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HomeA&EArt
Published: Sunday, 12/11/2011

What to pay for art?

BY HANNAH SAMPSON
MIAMI HERALD

MIAMI — When Art Basel Miami Beach brought hundreds of galleries, thousands of visitors, and millions of dollars to Miami early this month, casual fairgoers might have found themselves asking: What would possess someone to drop hundreds of thousands of dollars for work by an up-and-coming artist?

The answer: The artist’s museum exhibition history, of course. Also his gallery representation.

Don’t forget his popularity with in-the-know collectors. And the price his work last fetched at auction.

“This is just like any other business,” said Miami art adviser Lisa Austin. “You do your research.”

While many serious art collectors insist they buy pieces that appeal to them aesthetically — not financially — they have company from investors seeking a place to park their money other than real estate or the stock market. International buyers flush with cash are also crowding the field and driving prices up, experts say.

“Art is an asset class that the wealth management community is beginning to embrace not only because it exhibits performance, it doesn’t seem to have anything to do with the stock market — which is very advantageous,” said Jim Hedges, president of art financial advisory firm Montage Finance. “Increasingly it’s become a currency for people who are operating in different parts of the world.”

The path of an artist from starving newcomer to international superstar typically begins with reasonable prices at lesser-known galleries or nonprofit spaces, said Robert Manley, head of the New York Post-War and Contemporary Art department at Christie’s. The artist might move on to better-known galleries and see their work increase by 10 percent or 20 percent with each exhibition, he said.

“As the works get sold, the market starts to be created,” Manley said.

"And very quickly, the laws of supply and demand kick in."

When demand grows to the right level, an auction house such as Christie's might step in and let the bidders dictate the final price -- which could change the game altogether.

"At auction, listen, anything can happen, and sometimes [prices] can be pushed to almost unsustainable levels," Manley said. When that happens, early adopters of some artists can find themselves priced out of future sales.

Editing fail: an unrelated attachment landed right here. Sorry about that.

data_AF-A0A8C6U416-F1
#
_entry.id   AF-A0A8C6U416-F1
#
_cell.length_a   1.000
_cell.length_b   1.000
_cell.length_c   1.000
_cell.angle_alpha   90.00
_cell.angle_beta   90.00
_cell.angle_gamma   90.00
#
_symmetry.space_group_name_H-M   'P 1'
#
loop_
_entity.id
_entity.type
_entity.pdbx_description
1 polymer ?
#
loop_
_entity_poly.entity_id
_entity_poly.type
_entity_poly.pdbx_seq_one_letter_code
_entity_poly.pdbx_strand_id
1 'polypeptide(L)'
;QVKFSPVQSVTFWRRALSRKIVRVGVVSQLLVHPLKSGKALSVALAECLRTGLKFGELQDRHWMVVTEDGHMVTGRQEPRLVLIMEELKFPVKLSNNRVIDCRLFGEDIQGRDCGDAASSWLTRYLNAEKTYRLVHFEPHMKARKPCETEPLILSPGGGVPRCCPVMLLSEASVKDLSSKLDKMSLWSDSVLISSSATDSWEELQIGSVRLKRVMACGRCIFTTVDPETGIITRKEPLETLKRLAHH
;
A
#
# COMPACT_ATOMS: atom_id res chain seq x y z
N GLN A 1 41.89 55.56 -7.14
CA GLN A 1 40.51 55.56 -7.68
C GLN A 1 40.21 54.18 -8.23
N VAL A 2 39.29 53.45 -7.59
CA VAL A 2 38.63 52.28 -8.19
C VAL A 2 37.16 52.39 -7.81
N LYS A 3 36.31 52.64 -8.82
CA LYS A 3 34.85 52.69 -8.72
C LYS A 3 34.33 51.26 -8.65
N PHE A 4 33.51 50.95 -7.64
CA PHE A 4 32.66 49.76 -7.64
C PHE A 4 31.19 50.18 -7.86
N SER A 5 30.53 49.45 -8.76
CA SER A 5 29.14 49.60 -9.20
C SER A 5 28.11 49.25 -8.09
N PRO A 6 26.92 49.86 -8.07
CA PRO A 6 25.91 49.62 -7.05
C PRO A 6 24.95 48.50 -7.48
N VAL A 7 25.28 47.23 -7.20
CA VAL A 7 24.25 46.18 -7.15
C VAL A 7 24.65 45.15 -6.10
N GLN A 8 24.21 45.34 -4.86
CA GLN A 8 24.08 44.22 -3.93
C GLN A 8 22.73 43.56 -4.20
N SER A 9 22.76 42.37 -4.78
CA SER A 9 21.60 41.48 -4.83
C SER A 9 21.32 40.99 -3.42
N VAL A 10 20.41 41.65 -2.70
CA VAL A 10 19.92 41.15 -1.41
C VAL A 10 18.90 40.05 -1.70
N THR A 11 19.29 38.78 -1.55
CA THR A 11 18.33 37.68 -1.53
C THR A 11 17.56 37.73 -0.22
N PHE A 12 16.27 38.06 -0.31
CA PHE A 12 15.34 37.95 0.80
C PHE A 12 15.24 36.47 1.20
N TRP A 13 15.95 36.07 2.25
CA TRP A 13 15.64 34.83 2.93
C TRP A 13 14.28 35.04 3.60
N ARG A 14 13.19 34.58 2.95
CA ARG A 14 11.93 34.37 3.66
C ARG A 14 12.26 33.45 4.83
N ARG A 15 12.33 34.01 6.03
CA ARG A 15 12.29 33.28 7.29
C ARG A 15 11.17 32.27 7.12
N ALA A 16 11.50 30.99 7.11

Adam Sender, a hedge fund manager who hosted a private exhibition at his Miami Beach home during the 10th edition of the prestigious art show, said the art market has exploded since he started collecting in 1998.

"Things that were easily attainable 14 years ago have moved to another level, so you try to find the next artist that's undervalued," he said.

When an artist's popularity takes off, experts say, prices can get out of whack. Miami gallery owner Gary Nader said the key to valuing art should always be the quality of the artist's work and their "curriculum," or the number of shows they have appeared in, where those shows were and which important galleries, museums, or collectors acquire their work.

To boost an artist's curriculum, collectors sometimes loan their own pieces to museums -- a practice that can benefit cash-strapped arts institutions.

But critics often point out that while the donor is doing the museum a favor, the museum is also doing a favor for the donor, said Carol Damian, director of the Frost Art Museum at Florida International University.

"I'm validating that collection," Damian said. "You're always walking a fine line when it comes to exhibiting work and what the repercussions are. All of this contributes to the value of art."

Damian, also a professor of art history at FIU, said newcomers to the art scene often seek out her advice.

"It's an education and that's why people ask me all the time: 'What do we do, what do we look at?'" Damian said. The answer: "Always look at the artist's record. And if he or she is indeed new and young and the work is not expensive and you love it? Buy it."



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